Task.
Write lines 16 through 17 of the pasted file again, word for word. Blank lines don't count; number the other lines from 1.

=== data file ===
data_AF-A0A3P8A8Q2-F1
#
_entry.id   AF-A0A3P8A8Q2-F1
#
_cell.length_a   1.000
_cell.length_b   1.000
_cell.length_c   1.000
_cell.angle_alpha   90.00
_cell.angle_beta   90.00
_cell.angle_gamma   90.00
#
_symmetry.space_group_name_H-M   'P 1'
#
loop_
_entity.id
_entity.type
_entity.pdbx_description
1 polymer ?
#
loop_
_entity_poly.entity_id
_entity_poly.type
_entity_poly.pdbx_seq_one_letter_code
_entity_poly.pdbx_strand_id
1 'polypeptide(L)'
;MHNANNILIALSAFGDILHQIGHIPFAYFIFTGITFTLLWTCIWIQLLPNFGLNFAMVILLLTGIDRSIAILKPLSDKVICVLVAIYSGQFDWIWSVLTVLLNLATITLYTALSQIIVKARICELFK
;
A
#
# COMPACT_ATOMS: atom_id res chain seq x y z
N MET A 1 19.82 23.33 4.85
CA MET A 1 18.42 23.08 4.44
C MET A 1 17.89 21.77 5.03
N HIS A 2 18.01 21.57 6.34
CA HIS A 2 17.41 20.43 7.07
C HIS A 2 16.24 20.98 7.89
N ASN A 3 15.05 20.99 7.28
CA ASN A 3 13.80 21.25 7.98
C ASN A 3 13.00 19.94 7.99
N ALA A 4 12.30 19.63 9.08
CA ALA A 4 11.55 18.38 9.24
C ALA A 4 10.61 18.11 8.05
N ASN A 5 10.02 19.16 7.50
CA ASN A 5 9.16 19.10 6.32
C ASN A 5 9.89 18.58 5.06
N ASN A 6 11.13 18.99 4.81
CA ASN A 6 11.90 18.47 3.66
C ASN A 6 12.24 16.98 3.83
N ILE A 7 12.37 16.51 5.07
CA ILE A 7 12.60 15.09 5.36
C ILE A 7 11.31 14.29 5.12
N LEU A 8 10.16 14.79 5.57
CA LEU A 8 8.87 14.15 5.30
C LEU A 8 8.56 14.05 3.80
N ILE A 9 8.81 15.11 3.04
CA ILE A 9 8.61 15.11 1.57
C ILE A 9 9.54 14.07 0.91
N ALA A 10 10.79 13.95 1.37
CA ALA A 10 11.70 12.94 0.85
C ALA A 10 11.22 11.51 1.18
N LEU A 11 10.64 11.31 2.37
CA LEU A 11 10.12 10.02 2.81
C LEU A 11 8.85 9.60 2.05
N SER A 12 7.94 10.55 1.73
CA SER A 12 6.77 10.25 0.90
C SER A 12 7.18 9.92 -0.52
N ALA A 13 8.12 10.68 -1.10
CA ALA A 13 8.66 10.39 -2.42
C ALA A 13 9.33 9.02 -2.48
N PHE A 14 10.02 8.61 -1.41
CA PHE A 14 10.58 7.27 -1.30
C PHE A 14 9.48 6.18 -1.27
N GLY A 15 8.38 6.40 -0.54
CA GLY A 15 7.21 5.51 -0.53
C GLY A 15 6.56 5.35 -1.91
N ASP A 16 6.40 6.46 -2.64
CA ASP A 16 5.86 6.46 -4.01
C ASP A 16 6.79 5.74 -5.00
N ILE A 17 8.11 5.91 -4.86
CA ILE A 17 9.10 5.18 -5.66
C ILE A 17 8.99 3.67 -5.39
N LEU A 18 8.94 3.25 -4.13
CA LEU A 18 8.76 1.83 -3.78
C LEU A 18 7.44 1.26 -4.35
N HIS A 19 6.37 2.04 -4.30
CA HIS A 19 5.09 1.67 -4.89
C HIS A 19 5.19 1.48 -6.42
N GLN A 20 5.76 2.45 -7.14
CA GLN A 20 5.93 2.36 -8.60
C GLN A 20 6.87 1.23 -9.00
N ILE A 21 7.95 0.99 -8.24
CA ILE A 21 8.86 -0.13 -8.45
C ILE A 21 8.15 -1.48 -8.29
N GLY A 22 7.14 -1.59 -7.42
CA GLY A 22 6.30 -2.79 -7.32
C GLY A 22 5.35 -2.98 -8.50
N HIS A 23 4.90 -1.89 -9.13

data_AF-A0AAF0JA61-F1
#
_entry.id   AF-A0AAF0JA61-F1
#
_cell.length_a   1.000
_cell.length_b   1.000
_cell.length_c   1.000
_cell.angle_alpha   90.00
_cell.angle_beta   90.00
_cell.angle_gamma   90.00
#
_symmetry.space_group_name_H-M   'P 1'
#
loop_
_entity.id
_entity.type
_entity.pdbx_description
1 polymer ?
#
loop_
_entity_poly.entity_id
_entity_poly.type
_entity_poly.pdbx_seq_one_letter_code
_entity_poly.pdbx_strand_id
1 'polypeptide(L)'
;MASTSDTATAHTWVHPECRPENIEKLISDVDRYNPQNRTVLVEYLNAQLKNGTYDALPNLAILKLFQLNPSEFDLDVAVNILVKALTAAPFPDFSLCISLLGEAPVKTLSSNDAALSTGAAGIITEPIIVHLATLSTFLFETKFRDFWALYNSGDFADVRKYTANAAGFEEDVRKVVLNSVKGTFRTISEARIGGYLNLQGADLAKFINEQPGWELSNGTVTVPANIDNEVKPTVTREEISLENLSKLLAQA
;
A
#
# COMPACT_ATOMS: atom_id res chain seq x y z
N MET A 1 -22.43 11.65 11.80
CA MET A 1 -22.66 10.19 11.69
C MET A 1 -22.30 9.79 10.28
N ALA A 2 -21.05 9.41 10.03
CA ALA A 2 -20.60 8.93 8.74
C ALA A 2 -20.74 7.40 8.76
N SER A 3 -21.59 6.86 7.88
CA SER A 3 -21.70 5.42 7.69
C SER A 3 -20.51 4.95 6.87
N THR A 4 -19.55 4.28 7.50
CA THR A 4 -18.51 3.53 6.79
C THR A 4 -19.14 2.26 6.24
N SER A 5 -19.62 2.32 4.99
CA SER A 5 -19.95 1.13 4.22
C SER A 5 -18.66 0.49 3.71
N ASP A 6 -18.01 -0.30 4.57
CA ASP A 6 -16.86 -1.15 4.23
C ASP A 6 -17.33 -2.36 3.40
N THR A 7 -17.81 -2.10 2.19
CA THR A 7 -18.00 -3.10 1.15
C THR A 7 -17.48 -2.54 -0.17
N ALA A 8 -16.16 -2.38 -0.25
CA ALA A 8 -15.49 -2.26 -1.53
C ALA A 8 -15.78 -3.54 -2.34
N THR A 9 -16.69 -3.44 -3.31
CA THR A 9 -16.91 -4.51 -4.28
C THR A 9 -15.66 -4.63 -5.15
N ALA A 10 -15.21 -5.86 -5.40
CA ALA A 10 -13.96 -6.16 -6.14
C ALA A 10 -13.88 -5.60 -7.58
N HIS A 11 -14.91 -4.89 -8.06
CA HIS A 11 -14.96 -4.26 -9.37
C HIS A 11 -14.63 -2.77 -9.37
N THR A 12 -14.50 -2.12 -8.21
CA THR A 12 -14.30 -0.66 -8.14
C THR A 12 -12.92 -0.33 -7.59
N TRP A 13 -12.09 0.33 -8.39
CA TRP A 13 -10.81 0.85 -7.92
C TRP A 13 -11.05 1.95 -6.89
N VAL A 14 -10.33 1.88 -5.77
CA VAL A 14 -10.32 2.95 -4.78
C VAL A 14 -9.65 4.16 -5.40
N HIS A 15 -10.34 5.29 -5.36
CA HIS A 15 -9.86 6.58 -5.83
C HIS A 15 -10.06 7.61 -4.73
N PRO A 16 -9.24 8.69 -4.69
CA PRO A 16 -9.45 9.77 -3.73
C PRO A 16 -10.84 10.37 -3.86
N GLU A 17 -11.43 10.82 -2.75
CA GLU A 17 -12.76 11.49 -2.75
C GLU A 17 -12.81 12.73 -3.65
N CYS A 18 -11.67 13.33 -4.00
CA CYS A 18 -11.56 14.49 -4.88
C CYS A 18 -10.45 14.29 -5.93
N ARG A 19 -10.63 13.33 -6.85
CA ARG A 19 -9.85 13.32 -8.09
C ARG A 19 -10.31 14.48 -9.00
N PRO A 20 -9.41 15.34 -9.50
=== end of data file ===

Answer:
_entity.type
_entity.pdbx_description